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Before Fires, Bush Cut Fire Preparedness Budgets, Outsourced Forest Service Work

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After President George W. Bush's visit to southern California, the post-Katrina Federal Emergency Management Agency is getting good reviews for its help to the hundreds of thousands who fled this week's wildfires. But while the Bush administration appears to have improved its record on disaster response, a series of poor budgeting and policy moves in the US Forest Service may have made the fires harder to fight, contributing to more than $1 billion in property damage and the loss of at least 7 lives. Shrinking budgets and an insistence on private contracting appear to have made it more difficult for local communities in the San Diego area to fight the wildfires in their earlier stages, allowing the flames to spread.

2007-10-26-heli.jpgA review of Bush administration budget proposals by the Huffington Post showed that the flow of money from the US Forest Service to help state and local communities fight wildfires faced chronic cuts since President Bush was elected.

During Bush's first year in office, the Forest Service's State Fire Assistance program for wildland fire management was funded at approximately $56 million per year. But the President's budget proposal for 2008 only requests $35 million from Congress, an 18% cut from what it spent in the current year, already well below the earlier levels.

Assistance to volunteer firefighting forces increased to a level of about $12 million during 2007, but only after Congressional intervention. At first, the Forest Service had requested only $7.8 million. After the budget mushroomed to the higher level, the administration proposed a 38% cut for next year, reducing the budget to help volunteer firefighters to $8 million, less than the level it was funded at in 2001.
A senior Senate staffer who works on land management issues explained why the budget cuts hindered wildfire preparedness.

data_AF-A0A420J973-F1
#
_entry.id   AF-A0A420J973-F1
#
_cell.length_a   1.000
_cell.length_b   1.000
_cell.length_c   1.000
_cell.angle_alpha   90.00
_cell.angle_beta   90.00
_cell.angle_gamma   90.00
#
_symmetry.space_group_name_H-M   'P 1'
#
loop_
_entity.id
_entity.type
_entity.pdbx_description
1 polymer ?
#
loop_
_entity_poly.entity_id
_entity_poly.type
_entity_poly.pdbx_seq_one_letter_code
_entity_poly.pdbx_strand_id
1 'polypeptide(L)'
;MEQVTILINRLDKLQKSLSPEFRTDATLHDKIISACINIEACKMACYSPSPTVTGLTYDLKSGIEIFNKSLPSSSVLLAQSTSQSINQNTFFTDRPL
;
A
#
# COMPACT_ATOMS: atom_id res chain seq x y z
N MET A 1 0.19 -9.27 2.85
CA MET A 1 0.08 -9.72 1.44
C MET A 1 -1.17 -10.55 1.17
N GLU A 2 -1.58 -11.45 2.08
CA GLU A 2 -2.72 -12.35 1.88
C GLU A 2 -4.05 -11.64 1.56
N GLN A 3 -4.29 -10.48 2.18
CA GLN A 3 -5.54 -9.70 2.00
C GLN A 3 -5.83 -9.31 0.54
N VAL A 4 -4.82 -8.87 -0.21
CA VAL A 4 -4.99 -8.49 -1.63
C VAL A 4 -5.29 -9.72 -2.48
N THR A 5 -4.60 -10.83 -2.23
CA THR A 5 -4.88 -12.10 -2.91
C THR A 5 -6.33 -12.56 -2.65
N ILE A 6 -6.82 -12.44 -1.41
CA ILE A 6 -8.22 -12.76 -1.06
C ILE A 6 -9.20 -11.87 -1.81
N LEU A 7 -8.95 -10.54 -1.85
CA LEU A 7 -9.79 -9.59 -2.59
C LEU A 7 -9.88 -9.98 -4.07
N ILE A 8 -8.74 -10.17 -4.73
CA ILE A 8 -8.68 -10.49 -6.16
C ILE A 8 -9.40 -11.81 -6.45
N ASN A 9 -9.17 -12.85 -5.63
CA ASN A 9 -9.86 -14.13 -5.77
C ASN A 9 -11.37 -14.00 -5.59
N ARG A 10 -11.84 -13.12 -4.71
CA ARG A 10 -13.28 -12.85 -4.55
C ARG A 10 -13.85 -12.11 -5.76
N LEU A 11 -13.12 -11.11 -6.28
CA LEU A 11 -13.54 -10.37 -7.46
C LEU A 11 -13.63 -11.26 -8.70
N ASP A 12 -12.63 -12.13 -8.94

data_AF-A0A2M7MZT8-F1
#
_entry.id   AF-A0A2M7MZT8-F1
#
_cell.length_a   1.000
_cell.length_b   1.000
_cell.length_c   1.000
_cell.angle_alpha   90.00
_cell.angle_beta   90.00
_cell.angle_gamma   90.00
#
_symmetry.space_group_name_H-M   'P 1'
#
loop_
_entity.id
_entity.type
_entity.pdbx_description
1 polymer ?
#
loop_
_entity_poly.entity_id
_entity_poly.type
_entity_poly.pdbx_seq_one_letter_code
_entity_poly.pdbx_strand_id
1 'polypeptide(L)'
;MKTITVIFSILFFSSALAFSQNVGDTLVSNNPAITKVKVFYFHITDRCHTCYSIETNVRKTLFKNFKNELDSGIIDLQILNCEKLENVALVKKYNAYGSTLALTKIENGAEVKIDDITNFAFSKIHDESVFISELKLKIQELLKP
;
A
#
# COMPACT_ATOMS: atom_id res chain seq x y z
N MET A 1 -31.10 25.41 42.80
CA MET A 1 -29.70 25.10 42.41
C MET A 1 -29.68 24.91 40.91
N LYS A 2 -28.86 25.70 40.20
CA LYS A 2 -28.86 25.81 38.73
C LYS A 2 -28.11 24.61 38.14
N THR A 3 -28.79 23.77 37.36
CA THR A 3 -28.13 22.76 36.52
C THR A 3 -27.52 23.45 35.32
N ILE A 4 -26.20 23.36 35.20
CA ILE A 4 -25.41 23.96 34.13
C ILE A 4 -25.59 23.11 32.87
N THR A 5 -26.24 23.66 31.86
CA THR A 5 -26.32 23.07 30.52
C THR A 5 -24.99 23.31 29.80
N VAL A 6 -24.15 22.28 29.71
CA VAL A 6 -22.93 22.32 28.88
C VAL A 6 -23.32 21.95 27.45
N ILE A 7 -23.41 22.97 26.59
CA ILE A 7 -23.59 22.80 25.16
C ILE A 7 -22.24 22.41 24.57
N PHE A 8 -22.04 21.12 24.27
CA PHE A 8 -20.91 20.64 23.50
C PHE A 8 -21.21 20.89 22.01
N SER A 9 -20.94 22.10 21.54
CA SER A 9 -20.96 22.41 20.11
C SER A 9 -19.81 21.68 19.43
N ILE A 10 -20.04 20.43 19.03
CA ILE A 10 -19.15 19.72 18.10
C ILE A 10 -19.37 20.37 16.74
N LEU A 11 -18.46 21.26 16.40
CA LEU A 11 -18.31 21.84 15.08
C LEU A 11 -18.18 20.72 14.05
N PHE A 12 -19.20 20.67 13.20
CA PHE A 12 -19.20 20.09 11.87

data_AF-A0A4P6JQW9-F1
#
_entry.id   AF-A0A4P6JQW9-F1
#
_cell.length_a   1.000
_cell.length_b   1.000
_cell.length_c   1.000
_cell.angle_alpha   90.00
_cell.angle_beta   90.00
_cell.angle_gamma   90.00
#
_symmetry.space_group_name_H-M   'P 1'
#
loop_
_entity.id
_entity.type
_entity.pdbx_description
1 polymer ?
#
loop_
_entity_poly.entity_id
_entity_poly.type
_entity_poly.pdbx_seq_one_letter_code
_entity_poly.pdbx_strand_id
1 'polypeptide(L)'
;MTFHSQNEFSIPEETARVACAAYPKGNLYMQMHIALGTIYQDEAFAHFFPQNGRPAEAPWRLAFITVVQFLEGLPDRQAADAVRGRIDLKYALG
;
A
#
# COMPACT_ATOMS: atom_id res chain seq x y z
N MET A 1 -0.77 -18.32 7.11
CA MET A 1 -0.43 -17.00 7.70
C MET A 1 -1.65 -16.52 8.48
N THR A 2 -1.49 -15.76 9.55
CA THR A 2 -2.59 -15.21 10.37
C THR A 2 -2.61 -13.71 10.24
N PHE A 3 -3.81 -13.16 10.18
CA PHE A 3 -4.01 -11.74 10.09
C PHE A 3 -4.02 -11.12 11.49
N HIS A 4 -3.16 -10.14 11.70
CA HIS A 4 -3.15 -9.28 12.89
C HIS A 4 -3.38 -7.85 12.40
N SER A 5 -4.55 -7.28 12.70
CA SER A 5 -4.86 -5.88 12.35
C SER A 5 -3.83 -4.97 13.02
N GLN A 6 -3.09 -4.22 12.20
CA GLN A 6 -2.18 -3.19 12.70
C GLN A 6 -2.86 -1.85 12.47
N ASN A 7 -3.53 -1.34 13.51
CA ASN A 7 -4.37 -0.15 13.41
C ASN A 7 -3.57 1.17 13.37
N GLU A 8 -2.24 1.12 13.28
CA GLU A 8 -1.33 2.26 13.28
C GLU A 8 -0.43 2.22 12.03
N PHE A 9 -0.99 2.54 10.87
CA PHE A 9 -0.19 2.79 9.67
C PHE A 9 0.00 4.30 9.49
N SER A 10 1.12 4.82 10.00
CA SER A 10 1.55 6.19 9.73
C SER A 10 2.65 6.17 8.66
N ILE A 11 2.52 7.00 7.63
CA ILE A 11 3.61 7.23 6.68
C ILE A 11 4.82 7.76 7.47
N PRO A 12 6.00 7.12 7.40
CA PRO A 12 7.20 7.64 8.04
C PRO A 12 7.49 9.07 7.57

"When the National Fire Plan came out in 2000, a main emphasis was on local preparedness through a significant infusion of grants for more local firefighting equipment," the aide explained to the Huffington Post. "A significant amount of that money has disappeared as a result of the administration's budget policies. You can have lots of funding going into big federal accounts, but local fire departments get to the fire first, and they carry a lot of the load, particularly when fires are not burning on federal lands. From what I've heard in the news, there has been concern about the local fire departments' preparedness in the areas the fires have burned, and that is the situation those grants are targeted at."

Forest Service staff did not respond to requests for comment on why the budgets were cut.

In addition to the budget cuts, a significant change in policy across the Bush administration made it more difficult to call up federal Forest Service firefighters in crisis situations like the one that destroyed so many homes in southern California. The White House's insistence on the outsourcing of government services has been vigorously applied to the Forest Service. A lone, obscure sentence within the Office of Management and Budget's explanation of the Fiscal Year 2008 budget request for the Forest Service hints at the reasoning for this policy.

"Specifically, the Budget will reduce overhead, business management, and other indirect costs by one-third to improve efficiency and program delivery," the report stated.

The shift to outsourcing government work within the Forest Service has had a unique effect. Traditionally, almost every employee who worked within the Forest Service in even the lowliest of functions, was trained in firefighting and could be sent out to defeat the wildfires. But with more and more work in the Forest Service outsourced, and accelerating retirements among Forest Service personnel, there are fewer and fewer workers to call up and form a firefighting militia in a crisis. The heavy reliance on contractors has therefore made it harder to fight wildfires like those that burned in southern California's chaparral.